Wednesday, 29 May 2013
Tanjore painting is a major form of classical South Indian Painting from the town of Thanjavur, a period when the "Nayakas" of Thanjavur encouraged art, classical dance and music as well as literature, both in Telugu and Tamil. Tanjore Paintings are known for their surface richness, vivid colours, compact composition and especially the Glittering Gold foils used to give the paintings their rich look. Essentially serving as devotional icons, the subjects of most paintings are Hindu gods,goddesses and saints. episodes from Hindu tradition are drawn upon as elaborations of main figures placed in the central section of the picture. Tanjore paintings panel paintings done on solid wood planks, and hence referred to as palagai padam ( palagai = "wooden plank" ; padam = "picture") in local parlance.
Techniques Behind Tanjore Paintings:
Making a Tanjore painting involves many stages. First the artist makes a preliminary sketch of the image on the base, which is a piece of cloth pasted onto wood. Then Chalk powder or zinc oxide is mixed with water-soluble adhesive and applied on the base. Sometimes a mild abrasive is used to make the base smoother. After the drawing is made, the jewellery and apparel in the image are decorated with semi-precious stones. Thread is also used to decorate the jewellery. A Mixture called "muk" is prepared using chalk powder and African gum in the ration of 2:1. The muk is applied in places around the stones and other areas to give an embossed look. Gold foil is pasted on top of this. Finally, dyes are used to add colour to the figures in the paintings.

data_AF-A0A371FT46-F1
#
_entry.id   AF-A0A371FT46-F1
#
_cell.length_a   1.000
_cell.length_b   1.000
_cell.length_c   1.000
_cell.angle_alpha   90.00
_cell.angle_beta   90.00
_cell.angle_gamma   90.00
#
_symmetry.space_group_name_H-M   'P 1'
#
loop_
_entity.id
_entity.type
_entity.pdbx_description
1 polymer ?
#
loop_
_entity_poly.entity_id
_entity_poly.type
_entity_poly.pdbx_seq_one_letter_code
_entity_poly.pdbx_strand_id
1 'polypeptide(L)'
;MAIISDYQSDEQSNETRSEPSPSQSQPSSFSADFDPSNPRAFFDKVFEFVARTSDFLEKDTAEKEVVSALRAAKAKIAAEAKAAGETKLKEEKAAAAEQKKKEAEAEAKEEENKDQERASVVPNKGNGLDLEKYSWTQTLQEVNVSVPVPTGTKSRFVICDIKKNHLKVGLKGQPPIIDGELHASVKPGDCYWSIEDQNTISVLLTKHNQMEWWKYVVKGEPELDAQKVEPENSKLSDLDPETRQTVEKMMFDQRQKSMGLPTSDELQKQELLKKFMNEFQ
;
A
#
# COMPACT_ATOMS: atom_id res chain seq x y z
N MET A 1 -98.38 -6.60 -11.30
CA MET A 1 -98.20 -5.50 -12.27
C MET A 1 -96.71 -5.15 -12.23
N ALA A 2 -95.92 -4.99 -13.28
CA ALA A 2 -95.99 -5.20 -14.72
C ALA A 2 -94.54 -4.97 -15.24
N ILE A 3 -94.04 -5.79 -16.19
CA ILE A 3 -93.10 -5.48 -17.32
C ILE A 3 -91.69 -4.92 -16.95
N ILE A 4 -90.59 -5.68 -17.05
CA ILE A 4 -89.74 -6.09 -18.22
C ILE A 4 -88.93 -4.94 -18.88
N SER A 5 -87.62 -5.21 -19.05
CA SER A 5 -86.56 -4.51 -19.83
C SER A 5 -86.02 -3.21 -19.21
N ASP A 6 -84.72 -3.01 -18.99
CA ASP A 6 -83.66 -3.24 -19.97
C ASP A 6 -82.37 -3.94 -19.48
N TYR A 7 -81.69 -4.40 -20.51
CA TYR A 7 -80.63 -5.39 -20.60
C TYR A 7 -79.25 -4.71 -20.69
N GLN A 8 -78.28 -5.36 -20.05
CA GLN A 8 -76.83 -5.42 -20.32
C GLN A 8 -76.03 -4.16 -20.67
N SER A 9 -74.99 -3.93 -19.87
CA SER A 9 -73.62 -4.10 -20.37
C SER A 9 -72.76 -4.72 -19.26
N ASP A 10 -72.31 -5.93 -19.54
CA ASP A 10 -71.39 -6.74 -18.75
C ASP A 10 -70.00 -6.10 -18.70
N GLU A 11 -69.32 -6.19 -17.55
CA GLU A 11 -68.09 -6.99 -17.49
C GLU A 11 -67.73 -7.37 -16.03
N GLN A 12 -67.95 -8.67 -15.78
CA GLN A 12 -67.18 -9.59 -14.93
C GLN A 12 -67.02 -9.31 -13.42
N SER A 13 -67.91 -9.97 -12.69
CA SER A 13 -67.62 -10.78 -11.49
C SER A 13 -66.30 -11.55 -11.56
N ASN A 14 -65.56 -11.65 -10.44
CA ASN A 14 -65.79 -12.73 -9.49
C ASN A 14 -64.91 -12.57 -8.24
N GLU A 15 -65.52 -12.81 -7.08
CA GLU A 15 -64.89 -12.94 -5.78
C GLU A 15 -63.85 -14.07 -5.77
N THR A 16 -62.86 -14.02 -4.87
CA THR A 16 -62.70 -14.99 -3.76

High quality gold foil is used to ensure that the paintings last generations. Paintings come in three finishes: classic, antique style and embossed. In the classic finish, bold colors and striking backgrounds are combined with high glitter gold foil, while in the antique style, with more subtle colors and plain backgrounds. The embossed paintings are similar to the classic style but are embossed to give greater depth.
The figure in Tanjore paintings are static and located in the center inside beautifully decorated arches or curtains. Eyes are broad, the outer lines are either brown or red, for Krishna they are blue. Originally only Krishna figures were painted but now a variety of figures are depicted.